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TERT promoter mutations and telomerase reactivation in urothelial cancer

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Science  27 Feb 2015:
Vol. 347, Issue 6225, pp. 1006-1010
DOI: 10.1126/science.1260200

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The downstream effects of false promotion

Special DNA sequences at the ends of chromosomes, called telomeres, are replenished by a dedicated enzyme called telomerase. A subset of human tumors harbors mutations in the promoter region of the TERT gene, which codes for a subunit of telomerase. Borah et al. explored the downstream effects of TERT promoter mutations in cells derived from urothelial (urinary tract) cancers. The mutations were associated with aberrantly high levels of TERT mRNA, TERT protein and telomerase activity, and longer telomeres. A small study of clinical samples suggested that high levels of TERT mRNA may be a marker of more aggressive urothelial cancers.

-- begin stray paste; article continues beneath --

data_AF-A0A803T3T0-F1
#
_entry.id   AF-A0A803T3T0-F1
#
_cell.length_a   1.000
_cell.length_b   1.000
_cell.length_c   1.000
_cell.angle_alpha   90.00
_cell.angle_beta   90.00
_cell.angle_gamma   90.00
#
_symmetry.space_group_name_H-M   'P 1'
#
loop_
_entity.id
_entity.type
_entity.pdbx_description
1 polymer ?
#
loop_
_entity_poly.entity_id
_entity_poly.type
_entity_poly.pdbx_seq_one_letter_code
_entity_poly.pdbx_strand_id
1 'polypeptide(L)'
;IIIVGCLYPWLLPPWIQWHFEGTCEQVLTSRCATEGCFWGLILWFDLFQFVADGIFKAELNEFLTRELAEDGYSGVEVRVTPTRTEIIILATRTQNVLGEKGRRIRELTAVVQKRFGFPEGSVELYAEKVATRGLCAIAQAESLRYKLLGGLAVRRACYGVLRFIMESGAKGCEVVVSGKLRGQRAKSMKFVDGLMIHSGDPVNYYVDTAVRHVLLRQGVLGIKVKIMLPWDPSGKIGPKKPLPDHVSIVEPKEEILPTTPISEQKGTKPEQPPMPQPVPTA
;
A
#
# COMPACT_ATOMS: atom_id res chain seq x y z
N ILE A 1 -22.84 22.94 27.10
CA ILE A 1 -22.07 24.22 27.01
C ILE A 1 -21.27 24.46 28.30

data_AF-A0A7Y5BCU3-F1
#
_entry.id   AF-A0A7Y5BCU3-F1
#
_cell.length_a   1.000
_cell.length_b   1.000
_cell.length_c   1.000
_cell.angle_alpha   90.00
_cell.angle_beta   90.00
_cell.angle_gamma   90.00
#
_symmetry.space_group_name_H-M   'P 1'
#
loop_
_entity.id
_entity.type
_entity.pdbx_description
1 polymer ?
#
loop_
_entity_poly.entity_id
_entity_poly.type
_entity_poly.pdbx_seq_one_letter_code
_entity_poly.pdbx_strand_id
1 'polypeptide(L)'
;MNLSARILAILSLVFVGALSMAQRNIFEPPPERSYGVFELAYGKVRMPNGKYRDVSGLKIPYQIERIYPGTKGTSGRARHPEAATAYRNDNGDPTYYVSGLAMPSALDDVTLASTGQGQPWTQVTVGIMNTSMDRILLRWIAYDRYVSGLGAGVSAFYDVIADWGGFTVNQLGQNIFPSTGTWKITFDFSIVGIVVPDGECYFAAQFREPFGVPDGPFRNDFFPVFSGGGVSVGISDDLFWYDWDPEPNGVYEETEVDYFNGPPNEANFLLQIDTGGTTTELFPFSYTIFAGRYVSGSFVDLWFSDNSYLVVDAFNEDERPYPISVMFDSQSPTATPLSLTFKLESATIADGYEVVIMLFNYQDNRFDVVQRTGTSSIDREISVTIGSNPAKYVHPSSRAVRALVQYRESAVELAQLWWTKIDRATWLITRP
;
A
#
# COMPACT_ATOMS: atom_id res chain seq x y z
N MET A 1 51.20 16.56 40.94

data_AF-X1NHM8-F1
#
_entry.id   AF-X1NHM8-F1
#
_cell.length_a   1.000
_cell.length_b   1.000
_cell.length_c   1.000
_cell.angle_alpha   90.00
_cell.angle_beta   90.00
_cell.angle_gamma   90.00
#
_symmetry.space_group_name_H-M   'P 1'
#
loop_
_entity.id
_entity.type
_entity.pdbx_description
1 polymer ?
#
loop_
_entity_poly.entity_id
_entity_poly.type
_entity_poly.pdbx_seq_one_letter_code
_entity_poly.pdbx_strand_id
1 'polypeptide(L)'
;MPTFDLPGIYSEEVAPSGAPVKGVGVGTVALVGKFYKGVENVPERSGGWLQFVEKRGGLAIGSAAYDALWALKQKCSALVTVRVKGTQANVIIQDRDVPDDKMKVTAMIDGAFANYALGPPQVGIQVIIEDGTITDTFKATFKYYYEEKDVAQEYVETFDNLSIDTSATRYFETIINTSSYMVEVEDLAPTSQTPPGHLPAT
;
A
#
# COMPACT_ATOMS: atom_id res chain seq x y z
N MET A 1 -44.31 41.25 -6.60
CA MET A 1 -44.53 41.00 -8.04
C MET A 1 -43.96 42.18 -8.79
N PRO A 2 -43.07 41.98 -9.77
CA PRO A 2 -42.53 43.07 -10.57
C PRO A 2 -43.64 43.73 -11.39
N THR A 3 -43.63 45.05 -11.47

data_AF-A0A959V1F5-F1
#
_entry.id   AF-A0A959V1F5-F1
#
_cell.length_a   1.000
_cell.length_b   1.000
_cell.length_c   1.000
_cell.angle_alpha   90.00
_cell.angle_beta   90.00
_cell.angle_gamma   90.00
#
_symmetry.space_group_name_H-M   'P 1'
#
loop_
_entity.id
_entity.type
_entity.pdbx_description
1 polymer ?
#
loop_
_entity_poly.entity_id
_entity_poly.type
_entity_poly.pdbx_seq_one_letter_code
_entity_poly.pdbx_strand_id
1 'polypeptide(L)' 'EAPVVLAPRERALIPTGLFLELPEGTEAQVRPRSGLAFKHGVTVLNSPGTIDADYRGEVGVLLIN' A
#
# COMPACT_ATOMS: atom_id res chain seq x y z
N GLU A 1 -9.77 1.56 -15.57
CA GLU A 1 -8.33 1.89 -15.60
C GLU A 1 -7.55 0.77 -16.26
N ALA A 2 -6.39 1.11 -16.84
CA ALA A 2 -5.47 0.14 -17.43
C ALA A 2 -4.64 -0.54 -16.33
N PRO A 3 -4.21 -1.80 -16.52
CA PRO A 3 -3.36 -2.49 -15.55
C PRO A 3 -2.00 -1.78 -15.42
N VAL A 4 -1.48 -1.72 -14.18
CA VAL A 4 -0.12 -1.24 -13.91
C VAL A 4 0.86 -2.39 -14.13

Science, this issue p. 1006

Abstract

Reactivation of telomerase, the chromosome end–replicating enzyme, drives human cell immortality and cancer. Point mutations in the telomerase reverse transcriptase (TERT) gene promoter occur at high frequency in multiple cancers, including urothelial cancer (UC), but their effect on telomerase function has been unclear. In a study of 23 human UC cell lines, we show that these promoter mutations correlate with higher levels of TERT messenger RNA (mRNA), TERT protein, telomerase enzymatic activity, and telomere length. Although previous studies found no relation between TERT promoter mutations and UC patient outcome, we find that elevated TERT mRNA expression strongly correlates with reduced disease-specific survival in two independent UC patient cohorts (n = 35; n = 87). These results suggest that high telomerase activity may be a better marker of aggressive UC tumors than TERT promoter mutations alone.

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